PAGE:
By LA Weekly
By Henry Rollins
By Weekly Photographers
By Shea Serrano
By Nate "Igor" Smith
By Dan Weiss
By Erica E. Phillips
By Kai Flanders
We’re loving the jazz this week: a nice mix of the known and the new. Opening the weekend is The Cross Hart Jazz Experience at LACMA on Friday. It’s the hard-working team of bassist Ryan Cross and drummer Lorca Hart with rotating pianists and horn players and vocalists, and the quality, energy and passion are always high. With the free admission and a summer dusk, this pick is easy. It gets complicated from here on, though — so many choices. Starting a little east of downtown at the Café Metropol, for instance, you have saxist Bob Sheppard. He’s one of those mind-blowing players, way above our heads almost constantly, and we love every second of it. At an arty joint like the Metropol, who knows how far he’ll go? The man does crazy things with melody, with harmony, with tunes you thought you knew. The music runs from 8 to 10 p.m. only, there’s a movie ticket–sized cover charge, and you might call ahead for reservations. Catalina’s in Hollywood has a heavy quartet assembled by bassist Buster Williams with pianist Patrice Rushen, drummer Cindy Blackman and reed player Bennie Maupin — you might remember him playing beautifully all over Bitches Brew. Fusion, straight-ahead, whatever it is, they’ll be handling it on Friday and Saturday. Those same nights out in the Valley, the John Heard Trio keeps Charlie O’s solid, and they’re backing tenor Don Menza’s big sound on Friday and saxist Rickey Woodard on Saturday. Menza survived a lot of bus tours with Buddy Rich; Woodard put in his time with Ray Charles. Neither ever wants to hear you complain about your boss being cranky.
There’s more great stuff on Saturday too. Trumpeter Elliott Caine’s Quintet just tears it up at Jax, turning it into a serious jazz joint for a night. Very hot stuff, hard bop to post bop and a lot of Lee Morgan in there, which is always good. Out at the Café 322 in Sierra Madre, it’s the B3 Organ Trio, with Joe Bagg on the keys, Matt Slocum on the drums. Both Bagg and Slocum show up on a lot of state-of-the-art sessions, and this trio of theirs is not all greasy barbeque — though there’s some of that too. (And they’re also at the Lighthouse in Hermosa Beach on Thursday.) Down from Vancouver is saxophonist Dylan Cramer, whose tone keeps getting compared to the sound of Paul Desmond and Stan Getz. Not bad company to be in. He’s at Vibrato Saturday. Out from New York City comes vibist Tyler Blanton, who’s been making the rounds of Southern California. Nice player, and he’s matched up in a duo with pianist Josh Nelson at Vitello’s in Studio City on Sunday, and then with another combo at the Industry Café (6039 Washington Blvd. in Culver City) on Thursday. Our own Louis Van Taylor is one of those great under-recognized saxophonists L.A. is chock-full of; you can check his stuff out at Pasadena’s beautiful Levitt Pavilion on Sunday at 8 p.m., and with his organ trio at the Bar Melody on Tuesday. Taylor is on a zillion sessions and in everyone else’s band (he roars through solos in Gerald Wilson’s Orchestra), but you don’t see him out front calling shots too often, so this is cool.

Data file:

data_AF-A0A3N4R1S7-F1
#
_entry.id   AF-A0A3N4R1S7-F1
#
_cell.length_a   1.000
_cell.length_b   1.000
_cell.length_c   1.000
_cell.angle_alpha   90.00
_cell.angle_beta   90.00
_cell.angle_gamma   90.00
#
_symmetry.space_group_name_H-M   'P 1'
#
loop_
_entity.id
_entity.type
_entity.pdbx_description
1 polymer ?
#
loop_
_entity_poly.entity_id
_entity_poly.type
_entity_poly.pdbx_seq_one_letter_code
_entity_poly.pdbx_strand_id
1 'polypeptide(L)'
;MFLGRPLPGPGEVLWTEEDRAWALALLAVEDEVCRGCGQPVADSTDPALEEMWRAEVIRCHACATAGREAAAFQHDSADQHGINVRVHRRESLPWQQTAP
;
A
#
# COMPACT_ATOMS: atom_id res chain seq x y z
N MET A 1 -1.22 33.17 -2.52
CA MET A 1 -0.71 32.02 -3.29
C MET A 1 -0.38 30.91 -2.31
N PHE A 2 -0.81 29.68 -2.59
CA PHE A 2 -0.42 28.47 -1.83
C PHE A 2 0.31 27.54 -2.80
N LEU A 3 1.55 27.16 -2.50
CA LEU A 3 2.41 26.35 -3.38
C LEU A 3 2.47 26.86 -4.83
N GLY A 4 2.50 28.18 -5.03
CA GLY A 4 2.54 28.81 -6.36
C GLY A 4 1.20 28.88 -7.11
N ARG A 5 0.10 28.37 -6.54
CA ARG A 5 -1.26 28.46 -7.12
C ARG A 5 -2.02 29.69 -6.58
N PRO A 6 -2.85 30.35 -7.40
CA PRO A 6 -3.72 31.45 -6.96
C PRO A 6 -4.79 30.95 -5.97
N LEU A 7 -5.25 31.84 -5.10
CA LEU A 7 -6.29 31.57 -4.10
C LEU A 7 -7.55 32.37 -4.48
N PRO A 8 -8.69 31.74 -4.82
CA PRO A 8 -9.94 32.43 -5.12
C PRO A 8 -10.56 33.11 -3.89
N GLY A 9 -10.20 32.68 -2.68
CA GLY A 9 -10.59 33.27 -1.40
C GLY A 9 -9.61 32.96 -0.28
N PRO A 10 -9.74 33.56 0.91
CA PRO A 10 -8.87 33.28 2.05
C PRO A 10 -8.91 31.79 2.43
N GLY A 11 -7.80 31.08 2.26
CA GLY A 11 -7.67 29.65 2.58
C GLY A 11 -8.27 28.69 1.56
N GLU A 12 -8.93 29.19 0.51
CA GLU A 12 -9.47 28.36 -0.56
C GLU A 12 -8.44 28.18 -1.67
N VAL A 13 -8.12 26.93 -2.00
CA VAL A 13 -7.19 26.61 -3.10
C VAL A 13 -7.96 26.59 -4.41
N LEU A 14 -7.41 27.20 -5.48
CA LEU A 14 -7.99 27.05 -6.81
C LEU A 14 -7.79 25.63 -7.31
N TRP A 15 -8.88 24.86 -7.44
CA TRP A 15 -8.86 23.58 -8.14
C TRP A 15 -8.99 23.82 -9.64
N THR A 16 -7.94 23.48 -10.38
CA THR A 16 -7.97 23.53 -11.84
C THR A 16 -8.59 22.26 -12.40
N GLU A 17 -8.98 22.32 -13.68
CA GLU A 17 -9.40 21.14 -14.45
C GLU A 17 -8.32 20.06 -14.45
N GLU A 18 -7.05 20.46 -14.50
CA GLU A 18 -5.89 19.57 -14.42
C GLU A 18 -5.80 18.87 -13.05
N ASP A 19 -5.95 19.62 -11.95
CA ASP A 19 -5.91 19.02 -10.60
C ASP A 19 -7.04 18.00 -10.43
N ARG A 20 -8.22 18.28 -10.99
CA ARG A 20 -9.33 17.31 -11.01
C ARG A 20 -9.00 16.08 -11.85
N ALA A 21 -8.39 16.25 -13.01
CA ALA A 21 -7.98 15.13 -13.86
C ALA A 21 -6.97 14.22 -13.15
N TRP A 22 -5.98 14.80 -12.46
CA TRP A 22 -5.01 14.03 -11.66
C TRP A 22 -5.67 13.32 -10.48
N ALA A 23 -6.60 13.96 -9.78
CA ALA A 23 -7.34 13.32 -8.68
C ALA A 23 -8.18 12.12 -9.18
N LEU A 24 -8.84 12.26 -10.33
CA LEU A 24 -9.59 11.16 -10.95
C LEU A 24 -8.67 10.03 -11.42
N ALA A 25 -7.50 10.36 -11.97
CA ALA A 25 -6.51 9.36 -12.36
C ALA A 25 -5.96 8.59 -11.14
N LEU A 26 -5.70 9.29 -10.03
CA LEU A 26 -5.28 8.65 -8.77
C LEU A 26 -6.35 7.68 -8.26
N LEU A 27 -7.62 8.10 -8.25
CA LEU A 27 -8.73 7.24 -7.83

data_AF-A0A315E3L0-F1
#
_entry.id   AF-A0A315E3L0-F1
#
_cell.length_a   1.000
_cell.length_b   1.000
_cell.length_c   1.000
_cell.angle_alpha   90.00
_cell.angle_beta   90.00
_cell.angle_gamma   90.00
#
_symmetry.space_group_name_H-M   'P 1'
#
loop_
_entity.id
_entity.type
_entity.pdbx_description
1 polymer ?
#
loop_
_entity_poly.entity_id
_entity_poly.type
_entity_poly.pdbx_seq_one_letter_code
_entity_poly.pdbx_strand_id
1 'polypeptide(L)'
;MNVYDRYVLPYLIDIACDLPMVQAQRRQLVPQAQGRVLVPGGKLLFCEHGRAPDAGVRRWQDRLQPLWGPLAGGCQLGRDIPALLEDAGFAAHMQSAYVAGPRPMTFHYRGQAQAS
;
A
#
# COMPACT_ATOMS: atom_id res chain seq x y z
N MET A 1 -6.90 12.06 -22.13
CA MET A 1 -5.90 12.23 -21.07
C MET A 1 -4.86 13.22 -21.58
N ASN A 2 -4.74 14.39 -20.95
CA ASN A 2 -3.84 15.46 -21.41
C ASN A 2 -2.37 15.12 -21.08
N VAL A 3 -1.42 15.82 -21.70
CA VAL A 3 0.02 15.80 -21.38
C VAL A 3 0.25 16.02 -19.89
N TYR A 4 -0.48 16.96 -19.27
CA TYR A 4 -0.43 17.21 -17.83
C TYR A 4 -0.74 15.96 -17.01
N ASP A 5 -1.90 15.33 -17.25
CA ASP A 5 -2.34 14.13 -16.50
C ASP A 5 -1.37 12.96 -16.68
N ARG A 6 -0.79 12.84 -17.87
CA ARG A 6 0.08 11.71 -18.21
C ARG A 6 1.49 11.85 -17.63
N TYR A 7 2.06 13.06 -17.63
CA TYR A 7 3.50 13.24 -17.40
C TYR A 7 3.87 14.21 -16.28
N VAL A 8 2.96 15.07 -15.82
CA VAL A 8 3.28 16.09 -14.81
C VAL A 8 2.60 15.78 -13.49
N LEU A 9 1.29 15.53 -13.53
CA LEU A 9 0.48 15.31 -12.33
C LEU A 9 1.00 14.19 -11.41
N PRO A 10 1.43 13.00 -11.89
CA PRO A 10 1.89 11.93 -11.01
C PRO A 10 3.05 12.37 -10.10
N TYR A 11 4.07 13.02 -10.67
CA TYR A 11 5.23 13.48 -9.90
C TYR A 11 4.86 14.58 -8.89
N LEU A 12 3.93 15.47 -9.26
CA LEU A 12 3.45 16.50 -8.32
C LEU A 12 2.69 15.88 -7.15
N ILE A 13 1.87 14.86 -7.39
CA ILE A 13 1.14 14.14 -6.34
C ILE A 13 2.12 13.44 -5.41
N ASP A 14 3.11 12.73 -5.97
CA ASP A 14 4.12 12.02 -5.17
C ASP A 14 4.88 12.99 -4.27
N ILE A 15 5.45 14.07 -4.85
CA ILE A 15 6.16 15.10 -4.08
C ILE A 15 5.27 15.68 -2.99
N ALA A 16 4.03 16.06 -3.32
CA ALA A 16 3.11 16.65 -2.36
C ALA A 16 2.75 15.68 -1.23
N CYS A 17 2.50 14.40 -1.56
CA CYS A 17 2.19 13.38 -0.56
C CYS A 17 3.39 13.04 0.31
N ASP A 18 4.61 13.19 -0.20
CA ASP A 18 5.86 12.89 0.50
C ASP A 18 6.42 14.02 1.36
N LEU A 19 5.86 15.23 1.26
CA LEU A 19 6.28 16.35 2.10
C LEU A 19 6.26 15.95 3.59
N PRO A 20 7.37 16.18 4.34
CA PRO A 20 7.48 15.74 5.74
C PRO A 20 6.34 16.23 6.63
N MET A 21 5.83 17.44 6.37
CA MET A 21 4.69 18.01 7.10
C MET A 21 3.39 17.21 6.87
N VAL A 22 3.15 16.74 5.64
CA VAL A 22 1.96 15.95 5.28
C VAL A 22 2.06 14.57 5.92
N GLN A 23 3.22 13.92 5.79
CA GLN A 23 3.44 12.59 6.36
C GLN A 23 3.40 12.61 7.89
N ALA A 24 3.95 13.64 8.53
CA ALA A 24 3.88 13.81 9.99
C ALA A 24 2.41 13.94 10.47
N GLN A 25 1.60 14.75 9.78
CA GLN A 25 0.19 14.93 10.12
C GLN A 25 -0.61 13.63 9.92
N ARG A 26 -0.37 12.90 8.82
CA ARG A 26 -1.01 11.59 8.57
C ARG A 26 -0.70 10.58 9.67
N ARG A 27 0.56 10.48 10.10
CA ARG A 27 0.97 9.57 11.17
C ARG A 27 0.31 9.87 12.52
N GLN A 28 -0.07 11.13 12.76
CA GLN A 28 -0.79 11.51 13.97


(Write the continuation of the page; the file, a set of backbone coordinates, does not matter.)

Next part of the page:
Weeknights are looking good too. Vitello’s is happening Monday with drummer Joe La Barbera’s group, featuring excellent trumpeter Clay Jenkins and pianist Bill Cunliffe. On Tuesday it’s back to Charlie O’s for the return of John Altman, and it’s always fun to see him stretch out jazzwise on that little curved soprano of his. Last time he played here, we mentioned his Monty Python connections (he arranged the music in the Rutles flick, for instance), and that was the only time Charlie O’s was ever full of people who could recite the Dead Parrot sketch. So we won’t mention it this time. On Wednesday Charlie O’s will be back to tough-guy, he-man hard bop with the Tony Inzalaco Quintet featuring saxist Benn Clatworthy, trumpeter Nolan Shaheed, pianist Theo Saunders and bassist Chris Colangelo — one helluva lineup. Start with the parrot jokes and you might get smacked. Also Wednesday over at the Baked Potato, the extraordinary pianist Billy Childs will be getting down with the likes of percussionist Joey Heredia; we’re thinking this will not be chamber music this time around. And on Thursday another extraordinary pianist, Bill Cunliffe, leads a group at Charlie O’s. We are especially nuts about his reinterpretations of Oliver Nelson’s Jazz and the Abstract Truth; perhaps he might touch on that a bit here. But the strangest act of the week has to be Flexible Reality — with French horn and violin and a couple of bassists, one of them Abraham Laboriel — plus drummer Alex Acuna and accordionist Frank Marocco. What it will be is anybody’s guess. See for yourself at Vitello’s on Thursday.
If you like your jazz in two dimensions, you’re in luck: The obscure Wardell Gray documentary Forgotten Tenor is showing this Monday at 7:30 p.m. in Venice at the 7 Dudley Cinema (1411 Lincoln Blvd., Venice, 310-450-6052). They’ve also got shorter takes with the likes of Clark Terry, Art Farmer, Teddy Edwards, Jimmy Smith and Jaki Byard films beginning at 6 p.m. Free admission, too.
(Brick can be reached at firstname.lastname@example.org.)
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